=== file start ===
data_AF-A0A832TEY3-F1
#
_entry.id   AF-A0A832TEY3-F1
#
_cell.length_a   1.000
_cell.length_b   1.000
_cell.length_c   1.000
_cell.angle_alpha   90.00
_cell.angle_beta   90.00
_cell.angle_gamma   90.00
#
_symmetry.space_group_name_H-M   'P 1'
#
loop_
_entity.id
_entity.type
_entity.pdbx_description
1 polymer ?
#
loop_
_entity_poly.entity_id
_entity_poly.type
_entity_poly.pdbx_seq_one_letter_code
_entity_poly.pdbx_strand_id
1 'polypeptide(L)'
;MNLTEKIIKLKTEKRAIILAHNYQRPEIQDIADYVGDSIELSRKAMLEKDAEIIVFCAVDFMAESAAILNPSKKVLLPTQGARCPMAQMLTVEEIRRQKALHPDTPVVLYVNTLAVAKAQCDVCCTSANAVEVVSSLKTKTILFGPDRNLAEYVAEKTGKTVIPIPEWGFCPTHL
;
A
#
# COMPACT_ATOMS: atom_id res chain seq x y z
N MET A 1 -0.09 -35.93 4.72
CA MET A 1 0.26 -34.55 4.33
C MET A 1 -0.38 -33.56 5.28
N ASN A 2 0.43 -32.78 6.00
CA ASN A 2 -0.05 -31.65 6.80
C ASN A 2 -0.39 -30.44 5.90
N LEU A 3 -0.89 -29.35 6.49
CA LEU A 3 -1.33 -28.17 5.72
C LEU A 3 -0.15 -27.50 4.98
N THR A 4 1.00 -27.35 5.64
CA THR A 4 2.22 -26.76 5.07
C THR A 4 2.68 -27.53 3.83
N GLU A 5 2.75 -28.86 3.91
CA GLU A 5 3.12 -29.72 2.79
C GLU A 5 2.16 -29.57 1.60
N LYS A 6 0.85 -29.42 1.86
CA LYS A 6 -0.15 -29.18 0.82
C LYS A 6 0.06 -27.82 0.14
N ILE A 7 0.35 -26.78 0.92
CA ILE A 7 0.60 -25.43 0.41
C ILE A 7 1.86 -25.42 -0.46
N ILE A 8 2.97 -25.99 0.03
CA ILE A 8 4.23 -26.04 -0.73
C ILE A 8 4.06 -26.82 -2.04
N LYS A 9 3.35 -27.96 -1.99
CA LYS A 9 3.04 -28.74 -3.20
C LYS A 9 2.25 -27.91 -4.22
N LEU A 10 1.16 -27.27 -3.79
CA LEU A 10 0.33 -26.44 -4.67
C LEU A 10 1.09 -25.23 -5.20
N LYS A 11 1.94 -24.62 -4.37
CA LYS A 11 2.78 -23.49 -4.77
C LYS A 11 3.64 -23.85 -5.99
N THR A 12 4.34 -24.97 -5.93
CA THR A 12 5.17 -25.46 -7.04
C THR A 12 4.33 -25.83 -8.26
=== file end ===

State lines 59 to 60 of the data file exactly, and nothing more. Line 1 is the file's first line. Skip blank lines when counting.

CA LEU A 10 0.33 -26.44 -4.67
C LEU A 10 1.09 -25.23 -5.20